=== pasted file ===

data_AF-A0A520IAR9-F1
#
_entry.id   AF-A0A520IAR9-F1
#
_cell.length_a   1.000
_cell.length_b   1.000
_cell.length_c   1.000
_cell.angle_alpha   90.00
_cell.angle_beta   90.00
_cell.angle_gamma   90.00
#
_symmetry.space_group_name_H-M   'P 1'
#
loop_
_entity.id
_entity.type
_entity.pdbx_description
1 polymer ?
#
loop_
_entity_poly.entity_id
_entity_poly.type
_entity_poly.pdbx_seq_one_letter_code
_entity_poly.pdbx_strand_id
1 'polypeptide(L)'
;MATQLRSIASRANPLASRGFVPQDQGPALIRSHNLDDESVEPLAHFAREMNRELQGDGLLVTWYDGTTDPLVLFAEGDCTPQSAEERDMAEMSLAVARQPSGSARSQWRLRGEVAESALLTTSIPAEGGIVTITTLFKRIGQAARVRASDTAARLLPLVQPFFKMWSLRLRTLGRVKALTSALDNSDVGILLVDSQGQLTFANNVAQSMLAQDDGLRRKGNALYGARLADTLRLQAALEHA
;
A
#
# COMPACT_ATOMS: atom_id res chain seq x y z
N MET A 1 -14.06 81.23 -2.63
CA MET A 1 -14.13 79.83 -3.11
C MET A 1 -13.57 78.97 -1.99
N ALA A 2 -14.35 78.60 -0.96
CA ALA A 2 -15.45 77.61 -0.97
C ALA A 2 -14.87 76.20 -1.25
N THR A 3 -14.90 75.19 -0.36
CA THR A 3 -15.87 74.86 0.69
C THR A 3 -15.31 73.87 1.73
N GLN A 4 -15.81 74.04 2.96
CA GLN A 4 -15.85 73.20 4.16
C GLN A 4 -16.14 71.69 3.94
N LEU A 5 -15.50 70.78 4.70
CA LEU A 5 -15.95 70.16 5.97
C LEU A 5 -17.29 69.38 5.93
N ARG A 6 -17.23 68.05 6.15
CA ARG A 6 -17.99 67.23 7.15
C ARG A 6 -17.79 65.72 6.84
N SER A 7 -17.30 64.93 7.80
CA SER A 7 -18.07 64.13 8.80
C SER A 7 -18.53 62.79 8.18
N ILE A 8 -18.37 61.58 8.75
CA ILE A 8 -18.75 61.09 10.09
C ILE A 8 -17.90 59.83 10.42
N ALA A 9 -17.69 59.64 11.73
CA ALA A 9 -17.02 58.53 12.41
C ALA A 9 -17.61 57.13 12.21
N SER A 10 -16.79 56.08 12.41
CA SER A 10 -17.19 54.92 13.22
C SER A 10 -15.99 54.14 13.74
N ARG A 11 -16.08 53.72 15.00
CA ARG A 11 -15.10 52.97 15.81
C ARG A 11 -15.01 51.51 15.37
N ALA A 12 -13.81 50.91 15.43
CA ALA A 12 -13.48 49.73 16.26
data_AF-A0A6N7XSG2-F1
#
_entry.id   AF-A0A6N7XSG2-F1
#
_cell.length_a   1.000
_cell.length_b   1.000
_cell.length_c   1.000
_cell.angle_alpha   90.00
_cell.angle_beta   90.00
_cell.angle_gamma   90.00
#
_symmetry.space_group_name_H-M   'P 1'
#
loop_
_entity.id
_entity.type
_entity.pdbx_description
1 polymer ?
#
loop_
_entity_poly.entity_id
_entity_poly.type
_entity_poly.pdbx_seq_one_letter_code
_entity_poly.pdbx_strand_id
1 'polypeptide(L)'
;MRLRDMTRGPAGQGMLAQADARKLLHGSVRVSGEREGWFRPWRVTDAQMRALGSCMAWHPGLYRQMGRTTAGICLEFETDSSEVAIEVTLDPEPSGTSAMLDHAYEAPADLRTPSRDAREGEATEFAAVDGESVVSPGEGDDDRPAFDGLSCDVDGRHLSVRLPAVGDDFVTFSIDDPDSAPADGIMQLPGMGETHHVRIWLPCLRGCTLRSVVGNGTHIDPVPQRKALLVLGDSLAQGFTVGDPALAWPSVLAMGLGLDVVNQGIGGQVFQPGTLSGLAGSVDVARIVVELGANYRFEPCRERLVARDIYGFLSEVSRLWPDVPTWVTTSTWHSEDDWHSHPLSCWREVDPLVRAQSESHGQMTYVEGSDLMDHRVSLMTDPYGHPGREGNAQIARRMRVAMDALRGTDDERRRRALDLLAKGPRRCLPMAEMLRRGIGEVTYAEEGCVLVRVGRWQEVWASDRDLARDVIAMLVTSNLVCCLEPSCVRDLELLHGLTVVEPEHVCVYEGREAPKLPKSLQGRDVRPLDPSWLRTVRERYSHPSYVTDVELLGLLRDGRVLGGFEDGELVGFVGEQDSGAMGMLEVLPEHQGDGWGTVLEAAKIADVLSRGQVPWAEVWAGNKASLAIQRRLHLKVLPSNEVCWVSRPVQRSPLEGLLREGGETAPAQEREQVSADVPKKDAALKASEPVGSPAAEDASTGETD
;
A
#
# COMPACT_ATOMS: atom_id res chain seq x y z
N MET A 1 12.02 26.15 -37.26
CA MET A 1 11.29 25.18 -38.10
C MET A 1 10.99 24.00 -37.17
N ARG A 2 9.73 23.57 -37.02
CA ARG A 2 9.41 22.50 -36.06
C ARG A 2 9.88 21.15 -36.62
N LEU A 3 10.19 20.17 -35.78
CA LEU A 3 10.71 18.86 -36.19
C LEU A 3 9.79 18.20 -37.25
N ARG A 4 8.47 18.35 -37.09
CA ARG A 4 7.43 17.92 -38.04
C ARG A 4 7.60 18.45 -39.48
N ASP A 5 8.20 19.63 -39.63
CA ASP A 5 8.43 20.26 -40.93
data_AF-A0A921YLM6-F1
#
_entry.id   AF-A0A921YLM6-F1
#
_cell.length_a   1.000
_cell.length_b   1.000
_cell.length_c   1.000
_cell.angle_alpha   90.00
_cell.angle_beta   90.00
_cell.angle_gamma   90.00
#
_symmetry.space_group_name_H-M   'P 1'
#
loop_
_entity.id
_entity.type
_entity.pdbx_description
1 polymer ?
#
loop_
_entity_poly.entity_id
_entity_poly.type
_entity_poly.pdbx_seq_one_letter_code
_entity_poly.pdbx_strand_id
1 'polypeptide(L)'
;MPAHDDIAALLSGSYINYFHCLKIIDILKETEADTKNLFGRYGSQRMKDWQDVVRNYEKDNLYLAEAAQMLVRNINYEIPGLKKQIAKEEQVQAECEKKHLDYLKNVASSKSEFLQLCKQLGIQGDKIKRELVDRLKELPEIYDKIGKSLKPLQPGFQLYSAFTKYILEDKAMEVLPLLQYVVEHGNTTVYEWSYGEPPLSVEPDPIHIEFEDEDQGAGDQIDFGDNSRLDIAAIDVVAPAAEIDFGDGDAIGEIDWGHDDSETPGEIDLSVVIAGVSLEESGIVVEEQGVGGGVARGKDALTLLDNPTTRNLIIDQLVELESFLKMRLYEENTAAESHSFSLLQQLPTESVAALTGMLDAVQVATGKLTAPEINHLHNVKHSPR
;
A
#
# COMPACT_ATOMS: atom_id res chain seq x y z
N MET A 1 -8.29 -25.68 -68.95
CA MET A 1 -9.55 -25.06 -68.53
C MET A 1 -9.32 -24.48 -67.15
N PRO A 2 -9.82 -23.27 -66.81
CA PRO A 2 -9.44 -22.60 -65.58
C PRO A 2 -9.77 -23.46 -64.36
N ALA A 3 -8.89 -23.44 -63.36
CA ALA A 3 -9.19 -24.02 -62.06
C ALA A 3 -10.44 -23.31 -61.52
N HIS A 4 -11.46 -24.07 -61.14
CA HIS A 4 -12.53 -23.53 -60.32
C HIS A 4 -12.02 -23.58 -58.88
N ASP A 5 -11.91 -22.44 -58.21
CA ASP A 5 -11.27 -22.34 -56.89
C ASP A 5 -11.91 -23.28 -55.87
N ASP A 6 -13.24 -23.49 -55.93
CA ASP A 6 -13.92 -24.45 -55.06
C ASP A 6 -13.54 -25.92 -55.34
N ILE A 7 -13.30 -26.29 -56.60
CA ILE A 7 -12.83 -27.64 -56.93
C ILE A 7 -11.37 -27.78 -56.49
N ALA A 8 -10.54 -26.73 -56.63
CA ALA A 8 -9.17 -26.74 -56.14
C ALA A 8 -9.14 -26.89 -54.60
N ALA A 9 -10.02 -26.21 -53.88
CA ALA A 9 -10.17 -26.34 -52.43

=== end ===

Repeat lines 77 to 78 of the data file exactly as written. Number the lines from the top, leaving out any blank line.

_symmetry.space_group_name_H-M   'P 1'
#